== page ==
To those of us in marketing or communications, a rebranding process is an exciting time. It’s a time to assess if our organization’s branding accurately reflects our membership, our mission and the diverse communities we serve. It’s a time to use our skills to create something park and recreation professionals will be proud to support, promote and wear on a t-shirt or hat — because, let's be honest, we know park and recreation professionals love their swag. And, it’s a time to consider what imagery will resonate most and create a lasting memory in the minds of decision-makers with whom we share NRPA’s priorities.
If you’re noticing a theme here, you’re probably right.
We are proud to share the results of NRPA’s latest rebranding process and share our fresh, new logo with you today! But, before we get into all the fun details, we would like to give you a quick overview of the evolution of the NRPA logo.
NRPA was formed on August 14, 1965, when five organizations that were each involved in the support of park and recreation services in the public sector — the National Recreation Association (NRA), American Institute of Park Executives (AIPE), American Recreation Society (ARS), the National Conference on State Parks (NCSP), and the American Association of Zoological Parks and Aquariums (an affiliate of AIPE) — merged to form a single entity.
Pictured above: NRPA logo from August 14, 1965 to early 1970s.
From 1965 through the early ’70s, NRPA’s brand was represented by this simple, yet timeless logo. The map in the center is broken up to show NRPA’s eight regional branches at the time.
Pictured above: NRPA logo from the mid-1970s to early 1990s.
In the mid-1970s, NRPA made a radical logo change to the much more complex and representational version you see here. It appears that NRPA really latched on to this logo as the organization continued to use it into the mid-1990s, making it the longest-tenured logo.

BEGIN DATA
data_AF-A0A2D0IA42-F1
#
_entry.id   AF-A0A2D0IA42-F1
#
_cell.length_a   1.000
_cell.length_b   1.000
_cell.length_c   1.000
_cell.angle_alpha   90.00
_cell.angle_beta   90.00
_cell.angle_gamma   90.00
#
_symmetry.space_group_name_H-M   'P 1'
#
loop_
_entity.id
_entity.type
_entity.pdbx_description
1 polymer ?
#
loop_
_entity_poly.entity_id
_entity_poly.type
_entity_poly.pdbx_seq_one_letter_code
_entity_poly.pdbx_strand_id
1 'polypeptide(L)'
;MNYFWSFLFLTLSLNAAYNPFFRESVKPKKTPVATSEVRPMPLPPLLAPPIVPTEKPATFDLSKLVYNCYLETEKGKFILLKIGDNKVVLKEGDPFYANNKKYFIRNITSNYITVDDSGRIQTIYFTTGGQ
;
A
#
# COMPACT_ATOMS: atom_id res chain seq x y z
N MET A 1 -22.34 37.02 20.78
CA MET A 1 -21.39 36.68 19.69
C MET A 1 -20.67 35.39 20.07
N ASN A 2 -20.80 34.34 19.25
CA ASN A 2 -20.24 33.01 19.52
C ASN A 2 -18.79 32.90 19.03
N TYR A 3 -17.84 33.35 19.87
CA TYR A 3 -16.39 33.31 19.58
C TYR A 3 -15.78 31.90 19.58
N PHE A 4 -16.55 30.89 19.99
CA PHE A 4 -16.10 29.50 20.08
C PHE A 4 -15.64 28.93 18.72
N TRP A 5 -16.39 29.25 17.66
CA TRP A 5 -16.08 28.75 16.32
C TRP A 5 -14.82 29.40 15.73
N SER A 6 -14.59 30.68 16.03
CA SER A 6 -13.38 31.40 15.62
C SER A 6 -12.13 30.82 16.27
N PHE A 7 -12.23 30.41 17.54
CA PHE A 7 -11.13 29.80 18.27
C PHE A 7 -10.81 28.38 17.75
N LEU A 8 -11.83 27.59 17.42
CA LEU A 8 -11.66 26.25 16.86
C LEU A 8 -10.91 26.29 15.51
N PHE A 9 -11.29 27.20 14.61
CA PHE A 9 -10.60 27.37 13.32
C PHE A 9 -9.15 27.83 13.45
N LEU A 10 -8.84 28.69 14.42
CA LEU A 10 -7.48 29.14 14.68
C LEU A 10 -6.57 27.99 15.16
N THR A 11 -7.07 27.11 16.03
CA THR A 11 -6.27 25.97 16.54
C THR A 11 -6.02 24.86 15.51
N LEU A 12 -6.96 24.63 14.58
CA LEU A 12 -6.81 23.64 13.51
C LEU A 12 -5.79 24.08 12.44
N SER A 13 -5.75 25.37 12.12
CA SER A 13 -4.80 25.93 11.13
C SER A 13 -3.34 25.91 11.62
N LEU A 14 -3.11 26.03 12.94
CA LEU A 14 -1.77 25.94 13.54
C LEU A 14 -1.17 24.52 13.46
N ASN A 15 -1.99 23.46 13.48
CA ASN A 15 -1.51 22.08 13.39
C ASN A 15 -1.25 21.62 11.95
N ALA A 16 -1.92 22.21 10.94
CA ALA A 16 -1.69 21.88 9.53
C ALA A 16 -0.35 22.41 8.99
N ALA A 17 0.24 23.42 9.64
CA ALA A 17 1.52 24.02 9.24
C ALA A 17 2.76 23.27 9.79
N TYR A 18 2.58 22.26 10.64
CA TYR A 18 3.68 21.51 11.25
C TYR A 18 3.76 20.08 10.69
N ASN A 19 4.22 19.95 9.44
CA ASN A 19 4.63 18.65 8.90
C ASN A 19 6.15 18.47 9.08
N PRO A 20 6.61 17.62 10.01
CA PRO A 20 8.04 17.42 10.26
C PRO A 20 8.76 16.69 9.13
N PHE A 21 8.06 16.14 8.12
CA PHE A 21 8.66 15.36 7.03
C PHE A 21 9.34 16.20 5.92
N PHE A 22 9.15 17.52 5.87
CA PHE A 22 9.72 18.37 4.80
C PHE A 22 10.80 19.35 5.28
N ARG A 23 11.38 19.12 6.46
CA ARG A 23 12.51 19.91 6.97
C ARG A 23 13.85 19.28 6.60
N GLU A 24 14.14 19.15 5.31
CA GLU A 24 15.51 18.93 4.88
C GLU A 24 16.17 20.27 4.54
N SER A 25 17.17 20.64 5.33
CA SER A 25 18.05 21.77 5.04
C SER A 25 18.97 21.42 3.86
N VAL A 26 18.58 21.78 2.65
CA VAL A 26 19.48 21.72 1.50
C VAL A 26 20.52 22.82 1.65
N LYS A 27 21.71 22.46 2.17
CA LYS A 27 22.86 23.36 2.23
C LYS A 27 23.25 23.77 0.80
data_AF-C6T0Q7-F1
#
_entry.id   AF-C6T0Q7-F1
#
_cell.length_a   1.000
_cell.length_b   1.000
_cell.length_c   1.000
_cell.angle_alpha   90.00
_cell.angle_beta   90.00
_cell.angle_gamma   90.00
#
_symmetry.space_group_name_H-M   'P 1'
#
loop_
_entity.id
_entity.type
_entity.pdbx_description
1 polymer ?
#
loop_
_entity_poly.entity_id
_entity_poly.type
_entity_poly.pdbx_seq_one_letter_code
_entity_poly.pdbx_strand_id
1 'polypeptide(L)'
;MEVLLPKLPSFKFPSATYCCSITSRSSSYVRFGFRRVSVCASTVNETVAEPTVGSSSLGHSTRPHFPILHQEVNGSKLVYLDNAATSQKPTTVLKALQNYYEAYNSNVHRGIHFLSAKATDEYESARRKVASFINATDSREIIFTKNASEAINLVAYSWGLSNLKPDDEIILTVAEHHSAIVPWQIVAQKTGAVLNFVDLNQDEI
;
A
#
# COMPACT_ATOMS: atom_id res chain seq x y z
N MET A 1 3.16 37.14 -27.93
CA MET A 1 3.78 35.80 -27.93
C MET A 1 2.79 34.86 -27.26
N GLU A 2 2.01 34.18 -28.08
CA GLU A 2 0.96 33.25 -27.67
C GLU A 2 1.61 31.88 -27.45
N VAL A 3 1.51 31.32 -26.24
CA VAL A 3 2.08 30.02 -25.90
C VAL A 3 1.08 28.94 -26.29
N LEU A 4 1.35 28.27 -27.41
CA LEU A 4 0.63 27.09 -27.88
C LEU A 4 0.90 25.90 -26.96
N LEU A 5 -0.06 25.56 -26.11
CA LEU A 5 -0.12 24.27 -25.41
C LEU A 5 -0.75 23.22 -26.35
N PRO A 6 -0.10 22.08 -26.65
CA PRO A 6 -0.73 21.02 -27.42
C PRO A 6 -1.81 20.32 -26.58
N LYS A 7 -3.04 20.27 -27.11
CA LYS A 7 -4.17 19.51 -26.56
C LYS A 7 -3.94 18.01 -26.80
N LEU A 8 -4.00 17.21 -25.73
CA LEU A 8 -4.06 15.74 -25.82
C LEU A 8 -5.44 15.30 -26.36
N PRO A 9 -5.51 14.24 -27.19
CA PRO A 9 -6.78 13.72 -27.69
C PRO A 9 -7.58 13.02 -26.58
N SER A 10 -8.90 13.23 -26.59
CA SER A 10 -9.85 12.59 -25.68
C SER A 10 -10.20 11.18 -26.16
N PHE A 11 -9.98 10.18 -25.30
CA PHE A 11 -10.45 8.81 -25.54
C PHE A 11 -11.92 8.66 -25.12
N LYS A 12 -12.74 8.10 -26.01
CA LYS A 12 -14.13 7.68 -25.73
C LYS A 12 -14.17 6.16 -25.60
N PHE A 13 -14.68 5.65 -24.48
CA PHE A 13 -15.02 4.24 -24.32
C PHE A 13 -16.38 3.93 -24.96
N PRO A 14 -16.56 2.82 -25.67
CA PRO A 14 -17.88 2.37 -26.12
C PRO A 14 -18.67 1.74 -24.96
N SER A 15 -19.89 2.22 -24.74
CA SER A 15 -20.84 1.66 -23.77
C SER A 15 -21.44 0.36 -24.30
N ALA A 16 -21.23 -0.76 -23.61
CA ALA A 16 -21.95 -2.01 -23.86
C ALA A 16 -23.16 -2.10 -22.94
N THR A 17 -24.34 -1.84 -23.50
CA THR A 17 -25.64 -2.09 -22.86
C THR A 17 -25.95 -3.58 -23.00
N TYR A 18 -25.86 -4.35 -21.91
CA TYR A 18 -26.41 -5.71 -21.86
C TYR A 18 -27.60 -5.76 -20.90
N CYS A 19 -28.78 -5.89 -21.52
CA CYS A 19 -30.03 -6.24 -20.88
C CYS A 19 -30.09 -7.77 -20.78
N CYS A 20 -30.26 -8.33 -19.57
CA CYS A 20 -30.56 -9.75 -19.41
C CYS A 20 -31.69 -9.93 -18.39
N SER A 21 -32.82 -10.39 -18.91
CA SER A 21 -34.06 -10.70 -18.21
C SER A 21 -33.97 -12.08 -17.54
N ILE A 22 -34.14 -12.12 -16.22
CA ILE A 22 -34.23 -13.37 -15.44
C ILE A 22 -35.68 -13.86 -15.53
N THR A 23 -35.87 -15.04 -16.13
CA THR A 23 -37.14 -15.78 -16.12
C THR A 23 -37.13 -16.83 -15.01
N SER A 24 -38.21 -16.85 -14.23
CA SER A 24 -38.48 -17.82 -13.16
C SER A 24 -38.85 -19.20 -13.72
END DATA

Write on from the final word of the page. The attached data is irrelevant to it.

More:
Pictured above: NRPA logo variations from the mid-1990s to early 2000s.
The logo was then redesigned to the version above which pulls many elements from the previous iteration. Based on our research, this logo seemed to be used in various color combinations over time.
Pictured above: NRPA logo from early 2000s to July 2016.
In the early 2000s, NRPA redesigned and simplified the logo once again. NRPA continued with this logo until July 2016.
Pictured above: NRPA logo from July 2016 to today, September 21, 2021.
NRPA’s most recent logo actually debuted as the 2015 NRPA Annual Conference logo. There was such a strong response to the logo that we decided to adapt the design as our full-time brand in 2016, as well as incorporate NRPA’s tagline, “Because everyone deserves a great park,” in 2017.
This leads us to today’s new logo:
Pictured above: NRPA's new logo, as of September 21, 2021.
The overall design, fonts and colors were all chosen to give the logo a fresh, clean feel. We believe this new look and vibrant color palette truly reflect the diversity and joy within the field of parks and recreation — and the appearance of the leaves almost “embracing” the NRPA letters could be interpreted as the connection that park and recreation professionals have with nature.
Over the past few years, we have made an effort to bring consistency across our entire brand. You will notice that the branding for most of NRPA’s programs and publications has a consistent look and feel, and we’re looking forward to continuing that consistency with this refreshed logo.
We are so excited about our fresh new logo, but to be honest, NRPA shouldn’t even be known for its logo. We want to be known for our membership of more than 60,000 park and recreation professionals who work hard to better their communities every day. We want to be known for our efforts to make green space and healthy activities equitable and accessible to all people. We want to be known for our work to support the argument that parks and recreation is an essential service in communities everywhere.
No logo will ever be able to represent all of that, but our actions can and will. NRPA’s members are the catalysts for positive change in their respective communities in service of equity, climate-readiness, and overall health and well-being, and we hope you’ll be proud to have this new NRPA logo represent the essential work you do every single day.
Catrina Belt (she/her) is NRPA’s senior manager of marketing.
Cort Jones (he/him) is NRPA’s manager of strategic communications.